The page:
Tim Mitchell (b | t) asked me an interesting question: “What should you do if your employer won’t support your career development?” It’s a question I had to answer early in my career, and I am going to share my challenges and solutions.

My first IT jobs were help desk. After taking classes at FVTC, I got to help the DBA write reports. I was very interested in SQL Server and database development, but I knew I didn’t know much. I wanted to attend a training class or a conference. In 2010, I had the opportunity to attend SQLSaturday #31, Chicago. My company paid for two nights of hotel and mileage. Later in the year, I asked to attend PASS Summit. I was told I wasn’t allowed to attend because I’d already used my training for the year, and there was no budget for it. I was livid, because I’d attended on a non-work day, and I hadn’t been told it would be my only training option for the year. I decided that would never happen again – I was taking charge of my career and professional development.

I’ve come to understand that training and development have two pieces: time, and money. There are ways to work around both of these constraints. If your company won’t send you to a conference, send you to a week of training, pay for an exam book, or provide leadership training, here is what you can do to better yourself.

Make time for learning, and put a priority on it. There are many things in life that can consume our time. We have families. We have to work to support ourselves and them. We have hobbies. You need to prioritize your time. I used to wake up early and spend 30 minutes reading from one of my SQL books while I drink my morning coffee. You could read at lunch time, or in the evening before bed.

This isn’t limited to reading, either. Perhaps you have the PASS Summit or 24 Hours of PASS recordings, or a list of PluralSight videos to watch. Block off time to watch them on your calendar each week, and honor that time. The same can be done for Microsoft Virtual Academy or CBTNugget courses, or even working through one of the Microsoft exam training kits.

Yes, in the short term, this takes away from “me” time, or family time. But the dividends you will earn in your career later will make it worth it!

Start saving money to send yourself to training. I did. After I attended that SQLSaturday, I realized how valuable attending more training would be. When my request to go to PASS Summit was I denied, I figured out how much I would need to save per month to be able to register in time for the early-bird discount the following year, and I started saving. Yes, this meant that money didn’t go to other things. But it was a sacrifice I made to improve my career. The money I invested in myself all those years ago has paid dividends many times over.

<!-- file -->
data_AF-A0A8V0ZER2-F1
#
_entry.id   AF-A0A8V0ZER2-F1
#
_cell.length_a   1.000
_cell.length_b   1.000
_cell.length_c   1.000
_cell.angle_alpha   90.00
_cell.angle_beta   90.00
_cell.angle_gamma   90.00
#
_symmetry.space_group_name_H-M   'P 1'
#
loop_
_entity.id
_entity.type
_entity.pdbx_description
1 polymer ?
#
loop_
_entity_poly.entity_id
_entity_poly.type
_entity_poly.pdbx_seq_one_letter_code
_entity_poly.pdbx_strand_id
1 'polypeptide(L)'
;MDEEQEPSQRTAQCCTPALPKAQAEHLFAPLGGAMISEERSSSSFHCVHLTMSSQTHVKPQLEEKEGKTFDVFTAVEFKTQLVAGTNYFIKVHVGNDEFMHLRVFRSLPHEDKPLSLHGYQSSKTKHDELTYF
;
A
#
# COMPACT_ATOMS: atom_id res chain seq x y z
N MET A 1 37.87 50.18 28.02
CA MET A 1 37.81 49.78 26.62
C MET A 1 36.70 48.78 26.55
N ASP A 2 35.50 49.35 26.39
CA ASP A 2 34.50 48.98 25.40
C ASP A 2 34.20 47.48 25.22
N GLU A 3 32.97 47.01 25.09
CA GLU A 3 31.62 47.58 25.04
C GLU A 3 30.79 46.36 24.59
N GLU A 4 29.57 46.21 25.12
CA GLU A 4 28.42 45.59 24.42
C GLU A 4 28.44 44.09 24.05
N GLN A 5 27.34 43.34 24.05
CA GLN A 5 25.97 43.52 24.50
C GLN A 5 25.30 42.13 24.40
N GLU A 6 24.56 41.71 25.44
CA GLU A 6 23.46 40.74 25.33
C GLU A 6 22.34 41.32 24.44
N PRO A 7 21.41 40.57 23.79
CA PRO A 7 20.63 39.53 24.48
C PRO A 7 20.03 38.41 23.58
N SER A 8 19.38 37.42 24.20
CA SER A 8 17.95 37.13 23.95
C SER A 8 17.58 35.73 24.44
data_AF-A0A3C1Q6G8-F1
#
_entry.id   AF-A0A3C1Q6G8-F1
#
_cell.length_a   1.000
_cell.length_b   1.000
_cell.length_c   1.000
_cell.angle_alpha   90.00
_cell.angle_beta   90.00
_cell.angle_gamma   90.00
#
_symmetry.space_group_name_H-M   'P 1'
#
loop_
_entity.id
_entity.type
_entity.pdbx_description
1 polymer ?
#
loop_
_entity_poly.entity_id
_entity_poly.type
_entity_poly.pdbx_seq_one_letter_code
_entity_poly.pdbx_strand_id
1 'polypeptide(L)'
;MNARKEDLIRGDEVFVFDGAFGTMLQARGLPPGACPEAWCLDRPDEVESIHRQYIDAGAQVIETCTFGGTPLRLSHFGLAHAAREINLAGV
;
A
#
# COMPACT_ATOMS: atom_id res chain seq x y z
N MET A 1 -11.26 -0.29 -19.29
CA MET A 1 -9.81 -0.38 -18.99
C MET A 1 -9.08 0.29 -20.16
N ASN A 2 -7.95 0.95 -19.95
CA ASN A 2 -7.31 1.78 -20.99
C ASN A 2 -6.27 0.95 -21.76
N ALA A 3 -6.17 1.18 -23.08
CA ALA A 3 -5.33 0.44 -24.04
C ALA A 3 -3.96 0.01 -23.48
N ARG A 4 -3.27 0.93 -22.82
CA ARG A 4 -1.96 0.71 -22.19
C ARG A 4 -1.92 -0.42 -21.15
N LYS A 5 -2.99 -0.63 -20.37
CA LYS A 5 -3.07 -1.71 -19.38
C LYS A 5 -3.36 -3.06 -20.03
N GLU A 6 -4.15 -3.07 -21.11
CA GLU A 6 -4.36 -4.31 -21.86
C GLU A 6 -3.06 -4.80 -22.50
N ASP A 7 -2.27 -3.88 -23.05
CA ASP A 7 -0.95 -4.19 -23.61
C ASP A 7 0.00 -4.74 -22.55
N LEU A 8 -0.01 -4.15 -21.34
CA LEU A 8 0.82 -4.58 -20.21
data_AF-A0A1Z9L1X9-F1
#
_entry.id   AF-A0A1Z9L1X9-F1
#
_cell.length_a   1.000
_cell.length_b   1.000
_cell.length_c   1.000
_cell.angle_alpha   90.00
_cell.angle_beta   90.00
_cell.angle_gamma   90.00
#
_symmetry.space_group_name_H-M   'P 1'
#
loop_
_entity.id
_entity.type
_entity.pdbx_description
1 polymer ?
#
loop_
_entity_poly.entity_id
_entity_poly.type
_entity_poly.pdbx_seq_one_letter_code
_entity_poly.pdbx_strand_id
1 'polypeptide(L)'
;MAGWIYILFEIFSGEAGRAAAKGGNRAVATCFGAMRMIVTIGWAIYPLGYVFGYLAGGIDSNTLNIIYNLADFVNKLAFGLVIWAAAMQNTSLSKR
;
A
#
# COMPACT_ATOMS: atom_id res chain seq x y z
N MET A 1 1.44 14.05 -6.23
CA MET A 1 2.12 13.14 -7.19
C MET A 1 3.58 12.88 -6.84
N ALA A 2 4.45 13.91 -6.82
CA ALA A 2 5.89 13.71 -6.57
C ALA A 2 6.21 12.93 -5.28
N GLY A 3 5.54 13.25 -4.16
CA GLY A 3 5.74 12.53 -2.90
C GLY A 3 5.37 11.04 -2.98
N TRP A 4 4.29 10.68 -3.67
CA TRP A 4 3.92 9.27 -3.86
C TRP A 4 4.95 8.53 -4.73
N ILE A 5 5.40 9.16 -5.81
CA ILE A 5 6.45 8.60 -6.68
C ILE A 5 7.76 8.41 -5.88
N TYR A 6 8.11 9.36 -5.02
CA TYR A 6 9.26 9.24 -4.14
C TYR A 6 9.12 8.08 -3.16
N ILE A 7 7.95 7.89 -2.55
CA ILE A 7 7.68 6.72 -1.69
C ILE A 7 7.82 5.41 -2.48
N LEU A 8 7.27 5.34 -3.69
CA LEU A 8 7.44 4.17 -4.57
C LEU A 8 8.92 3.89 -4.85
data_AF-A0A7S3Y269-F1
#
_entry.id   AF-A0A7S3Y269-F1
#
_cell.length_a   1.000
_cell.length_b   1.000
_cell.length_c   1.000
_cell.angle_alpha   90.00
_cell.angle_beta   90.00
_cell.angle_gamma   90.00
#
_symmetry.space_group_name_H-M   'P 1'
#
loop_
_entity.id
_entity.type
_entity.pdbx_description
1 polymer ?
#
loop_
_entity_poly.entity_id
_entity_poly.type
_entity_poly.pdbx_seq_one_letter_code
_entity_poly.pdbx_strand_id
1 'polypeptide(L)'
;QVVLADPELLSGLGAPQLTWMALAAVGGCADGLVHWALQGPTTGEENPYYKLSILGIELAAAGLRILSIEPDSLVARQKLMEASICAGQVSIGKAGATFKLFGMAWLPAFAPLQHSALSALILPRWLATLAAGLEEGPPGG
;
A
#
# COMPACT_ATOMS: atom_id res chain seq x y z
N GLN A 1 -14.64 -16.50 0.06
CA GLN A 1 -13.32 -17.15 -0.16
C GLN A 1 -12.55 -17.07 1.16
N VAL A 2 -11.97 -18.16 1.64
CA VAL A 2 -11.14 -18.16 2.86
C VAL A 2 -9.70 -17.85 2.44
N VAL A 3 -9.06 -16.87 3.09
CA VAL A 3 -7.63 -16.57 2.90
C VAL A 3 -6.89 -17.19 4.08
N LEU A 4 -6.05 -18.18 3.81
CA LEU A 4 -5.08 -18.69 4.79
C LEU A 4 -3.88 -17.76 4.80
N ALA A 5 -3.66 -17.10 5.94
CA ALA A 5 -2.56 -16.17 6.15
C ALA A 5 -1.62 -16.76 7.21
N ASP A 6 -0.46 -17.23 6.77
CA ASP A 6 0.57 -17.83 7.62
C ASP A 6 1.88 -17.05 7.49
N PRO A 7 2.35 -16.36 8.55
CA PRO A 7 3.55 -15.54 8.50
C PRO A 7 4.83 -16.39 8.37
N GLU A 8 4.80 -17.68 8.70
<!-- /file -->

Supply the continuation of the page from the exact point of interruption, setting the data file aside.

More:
(It turns out I didn’t have to use that money for the next PASS Summit. I got a different job in the meantime, which offered a week of training, so it was paid for. Instead, I used my savings to travel to more SQLSaturdays and chapters. I still keep a small reserve in case there is an event I want to go to.)

Bring training to the company. That’s right. This is especially helpful if you have management that doesn’t see the value in their employees getting paid to learn. Start a regular brown-bag-lunch-and-learn series. Give a talk. Ask your coworkers to give a talk. Watch a free webinar. Watch a recording. Let people ask questions and talk among themselves after. Ask how you can apply it to your company. Then, start applying those lessons. Don’t do this once and hope it works – do it regularly. Once a month, or once a week – whatever your schedule allows. After your leadership sees the effort you are putting in, and the positive effect it has on the company, they may be more willing to invest in outside resources.

After you’ve invested your time and money into learning more, if you want your company to support you, you have to show them how it is helping. Solve a long-standing problem. Implement a new technology. Pass an exam. If the company still won’t support you, it’s time to leave. The classic question comes to mind: “What if we invest in our employees and they leave?” and the answer is, “What happens if we don’t, and they stay?” It may be time to look for a different job with a different company, and during negotiations, ensure they support your career development with time and money.

Take the time today to invest in your career!